Sept. 19 (Bloomberg) -- Technical malfunctions at stock exchanges around the world are putting their owners’ credit ratings in jeopardy, according to Standard & Poor’s.
Following outages at firms including Nasdaq OMX Group Inc. and Singapore Exchange Ltd., S&P’s Olga Roman said today in a report that industry debt ratings could be reduced in the next few years because of damaged reputations.
The rise of computer trading and increased number of venues has left the equities market vulnerable to disruption, increasing pressure on regulators to demand infrastructure improvements. In August, a computer bug at Nasdaq prompted a three-hour halt for thousands of U.S. shares.
“The recent preponderance of technical glitches at exchanges underscore a gradual rise in operational risk for this industry over the past five to seven years,” Roman wrote in the report. “The recent series of technical problems suggests that stock exchanges -- as opposed to futures or derivative exchanges -- have become more prone to operational risk. They have also drawn regulatory attention that is likely to result in tougher regulatory standards and oversight.”
Following Nasdaq’s outage, U.S. Securities and Exchange Commission Chairman Mary Jo White met with the exchange chief executive officers in Washington to discuss ways to prevent breakdowns. She told them to collaborate on bolstering their technology and eliminating single points of failure.
Roman said three reasons explain why there have been more technical problems for stock exchanges: increased competition, changes to the market’s structure and the rise of computer trading.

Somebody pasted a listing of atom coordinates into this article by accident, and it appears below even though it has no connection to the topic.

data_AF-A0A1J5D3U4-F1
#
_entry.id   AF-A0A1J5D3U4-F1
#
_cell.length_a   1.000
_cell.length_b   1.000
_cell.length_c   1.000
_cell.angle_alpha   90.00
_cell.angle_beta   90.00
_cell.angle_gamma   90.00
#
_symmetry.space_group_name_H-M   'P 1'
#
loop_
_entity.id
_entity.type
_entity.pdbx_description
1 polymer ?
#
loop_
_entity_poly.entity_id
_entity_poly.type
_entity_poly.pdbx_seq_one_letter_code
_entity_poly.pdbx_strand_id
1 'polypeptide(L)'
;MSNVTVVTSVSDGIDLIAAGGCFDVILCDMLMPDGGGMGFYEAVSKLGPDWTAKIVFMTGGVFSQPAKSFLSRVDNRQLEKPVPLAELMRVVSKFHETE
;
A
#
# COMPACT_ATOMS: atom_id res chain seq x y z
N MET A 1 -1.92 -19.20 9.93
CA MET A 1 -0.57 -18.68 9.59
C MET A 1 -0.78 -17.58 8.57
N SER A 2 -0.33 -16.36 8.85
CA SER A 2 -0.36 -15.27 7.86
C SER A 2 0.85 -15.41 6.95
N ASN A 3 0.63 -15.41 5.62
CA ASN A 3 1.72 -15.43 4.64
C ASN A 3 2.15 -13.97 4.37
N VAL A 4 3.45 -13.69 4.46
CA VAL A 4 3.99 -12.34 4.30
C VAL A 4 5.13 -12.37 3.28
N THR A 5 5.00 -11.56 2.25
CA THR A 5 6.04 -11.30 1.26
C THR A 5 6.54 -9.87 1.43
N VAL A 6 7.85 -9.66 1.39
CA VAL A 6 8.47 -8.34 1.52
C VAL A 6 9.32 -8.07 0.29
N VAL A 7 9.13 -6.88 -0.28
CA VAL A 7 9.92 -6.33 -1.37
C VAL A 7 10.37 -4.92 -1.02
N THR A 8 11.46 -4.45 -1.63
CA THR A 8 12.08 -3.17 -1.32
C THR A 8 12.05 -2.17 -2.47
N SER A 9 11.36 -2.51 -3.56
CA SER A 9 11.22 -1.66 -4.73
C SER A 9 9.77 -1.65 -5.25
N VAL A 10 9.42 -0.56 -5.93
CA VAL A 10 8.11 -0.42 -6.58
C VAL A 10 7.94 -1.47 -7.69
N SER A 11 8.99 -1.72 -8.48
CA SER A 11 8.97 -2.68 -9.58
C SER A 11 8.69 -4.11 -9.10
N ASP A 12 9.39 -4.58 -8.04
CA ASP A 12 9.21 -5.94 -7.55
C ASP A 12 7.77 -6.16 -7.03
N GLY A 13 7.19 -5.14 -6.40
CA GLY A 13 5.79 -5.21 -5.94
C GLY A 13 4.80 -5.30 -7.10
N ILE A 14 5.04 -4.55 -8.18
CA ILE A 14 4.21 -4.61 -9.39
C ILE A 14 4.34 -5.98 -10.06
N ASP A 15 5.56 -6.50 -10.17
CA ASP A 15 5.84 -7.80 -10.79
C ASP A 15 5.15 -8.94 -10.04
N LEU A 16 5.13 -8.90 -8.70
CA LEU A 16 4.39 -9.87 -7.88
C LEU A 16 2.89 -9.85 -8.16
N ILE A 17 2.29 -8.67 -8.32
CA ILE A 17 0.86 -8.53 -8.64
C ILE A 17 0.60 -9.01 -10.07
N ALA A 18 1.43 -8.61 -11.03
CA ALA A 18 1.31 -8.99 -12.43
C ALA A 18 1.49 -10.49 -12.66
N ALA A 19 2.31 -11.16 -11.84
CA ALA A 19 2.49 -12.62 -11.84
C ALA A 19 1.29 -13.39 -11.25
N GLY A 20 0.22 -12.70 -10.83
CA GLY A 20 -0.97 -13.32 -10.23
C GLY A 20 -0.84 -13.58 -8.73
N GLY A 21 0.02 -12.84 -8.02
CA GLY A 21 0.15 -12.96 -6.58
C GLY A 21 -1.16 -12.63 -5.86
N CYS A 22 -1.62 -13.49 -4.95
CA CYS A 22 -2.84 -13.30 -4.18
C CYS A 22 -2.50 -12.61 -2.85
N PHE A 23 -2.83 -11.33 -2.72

U.S. markets became more complicated after the SEC’s Regulation NMS was implemented in 2007, fragmenting equities trading across more than 50 venues. Coupled with faster and more sophisticated use of computers, it has created conditions where one market’s fault can shut all venues at once.
“While technology is becoming more sophisticated and trade execution more efficient, this also increases the complexity of exchange operations,” Roman said in the report. “In our opinion, faster trade speed and greater interconnectivity are amplifying the impact of operational glitches when they occur.”
Besides Nasdaq’s shutdown last month, other recent glitches include Singapore Exchange’s April malfunction that delayed derivatives trading for about three hours and Bats Global Markets Inc.’s inability to get its own stock trading following the company’s March 2012 initial public offering.
While none of these malfunctions have been enough to persuade S&P to change its ratings, further errors could prompt action, Roman said.
“We haven’t lowered any ratings as a result of these issues so far, but exchanges whose operational risk exceeds industry averages could see rating actions down the road,” she said. “With competition heating up, the ability to ensure seamless operations could go a long way toward determining which exchanges will come out on top.”
--Editors: Nick Baker, Lynn Thomasson